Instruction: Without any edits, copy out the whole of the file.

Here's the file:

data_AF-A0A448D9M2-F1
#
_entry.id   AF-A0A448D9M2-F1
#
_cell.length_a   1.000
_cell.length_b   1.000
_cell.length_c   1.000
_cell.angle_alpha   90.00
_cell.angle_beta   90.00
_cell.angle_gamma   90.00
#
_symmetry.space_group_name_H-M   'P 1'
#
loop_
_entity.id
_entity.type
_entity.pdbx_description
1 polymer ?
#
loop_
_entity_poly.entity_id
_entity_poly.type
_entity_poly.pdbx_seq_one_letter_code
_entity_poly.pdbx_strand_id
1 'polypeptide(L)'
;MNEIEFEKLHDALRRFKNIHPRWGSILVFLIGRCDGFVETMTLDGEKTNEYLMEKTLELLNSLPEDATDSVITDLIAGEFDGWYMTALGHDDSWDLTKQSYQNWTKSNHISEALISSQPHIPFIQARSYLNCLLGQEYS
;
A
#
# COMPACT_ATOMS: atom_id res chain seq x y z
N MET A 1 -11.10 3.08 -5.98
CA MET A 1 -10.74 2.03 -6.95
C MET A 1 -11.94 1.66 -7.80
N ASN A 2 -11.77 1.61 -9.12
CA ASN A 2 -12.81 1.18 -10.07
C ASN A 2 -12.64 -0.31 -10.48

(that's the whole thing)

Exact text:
data_AF-A0A448D9M2-F1
#
_entry.id   AF-A0A448D9M2-F1
#
_cell.length_a   1.000
_cell.length_b   1.000
_cell.length_c   1.000
_cell.angle_alpha   90.00
_cell.angle_beta   90.00
_cell.angle_gamma   90.00
#
_symmetry.space_group_name_H-M   'P 1'
#
loop_
_entity.id
_entity.type
_entity.pdbx_description
1 polymer ?
#
loop_
_entity_poly.entity_id
_entity_poly.type
_entity_poly.pdbx_seq_one_letter_code
_entity_poly.pdbx_strand_id
1 'polypeptide(L)'
;MNEIEFEKLHDALRRFKNIHPRWGSILVFLIGRCDGFVETMTLDGEKTNEYLMEKTLELLNSLPEDATDSVITDLIAGEFDGWYMTALGHDDSWDLTKQSYQNWTKSNHISEALISSQPHIPFIQARSYLNCLLGQEYS
;
A
#
# COMPACT_ATOMS: atom_id res chain seq x y z
N MET A 1 -11.10 3.08 -5.98
CA MET A 1 -10.74 2.03 -6.95
C MET A 1 -11.94 1.66 -7.80
N ASN A 2 -11.77 1.61 -9.12
CA ASN A 2 -12.81 1.18 -10.07
C ASN A 2 -12.64 -0.31 -10.48